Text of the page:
Many years ago, I took a poetry class in college and read The Shirt Poem by Gerald Stern. I was taken with the imagery of shirts marching through the closet, oblivious to the life changes of their wearer. I wish I could find a good copy to link to. I’ve read this poem to my kids and it makes me weep.
(with apologies to Gerald Stern and The Shirt Poem)
The laundry room is the last bastion of segregation.
Whites sit apart from blacks,
Lights stand separate from coloreds.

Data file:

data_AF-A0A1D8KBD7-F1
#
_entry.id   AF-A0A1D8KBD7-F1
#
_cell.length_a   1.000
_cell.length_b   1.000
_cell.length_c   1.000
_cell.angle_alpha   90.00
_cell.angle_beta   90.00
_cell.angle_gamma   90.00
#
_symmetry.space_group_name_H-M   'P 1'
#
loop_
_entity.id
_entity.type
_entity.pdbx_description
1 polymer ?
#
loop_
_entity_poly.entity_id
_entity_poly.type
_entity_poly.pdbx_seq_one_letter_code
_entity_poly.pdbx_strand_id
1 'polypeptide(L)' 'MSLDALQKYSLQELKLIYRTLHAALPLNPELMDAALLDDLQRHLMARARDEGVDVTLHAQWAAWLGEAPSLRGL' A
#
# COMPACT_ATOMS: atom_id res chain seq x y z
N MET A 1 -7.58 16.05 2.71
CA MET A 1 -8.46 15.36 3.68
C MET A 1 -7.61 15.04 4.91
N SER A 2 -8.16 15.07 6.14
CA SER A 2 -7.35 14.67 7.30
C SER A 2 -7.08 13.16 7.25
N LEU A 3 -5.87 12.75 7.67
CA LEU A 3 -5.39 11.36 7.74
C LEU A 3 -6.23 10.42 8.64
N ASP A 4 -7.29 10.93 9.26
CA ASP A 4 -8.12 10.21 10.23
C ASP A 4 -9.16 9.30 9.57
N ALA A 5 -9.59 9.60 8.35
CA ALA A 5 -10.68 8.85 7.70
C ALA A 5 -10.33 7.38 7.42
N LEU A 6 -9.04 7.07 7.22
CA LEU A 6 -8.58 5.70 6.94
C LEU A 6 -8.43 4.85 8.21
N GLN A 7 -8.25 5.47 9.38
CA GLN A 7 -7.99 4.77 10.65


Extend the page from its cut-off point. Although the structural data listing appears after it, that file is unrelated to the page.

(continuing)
Blue jeans avoid those delicate,
While intimates cuddle together.
Children’s clothes avoid the writhing masses of adult debauchery.
You know the clothes I’m talking about—
Those R-rated ones that slither and gyrate,
With his underwear sliding over hers suggestively
As they breathlessly await the dryer.
But crossing a laundry line is seldom permitted.
Should a dark mingle too long with the whites,
Or a rough rider tangle the fragile,
We all know what happens—
The damaged clothes are cursed and cast aside.
I say the stained shirts should stand tall,
Proudly displaying their perceived flaws.
Brave pioneers in the fight against uniformity,
They are but startling reminders of our own prejudice.
We could all be so brave; we should all be so flawed.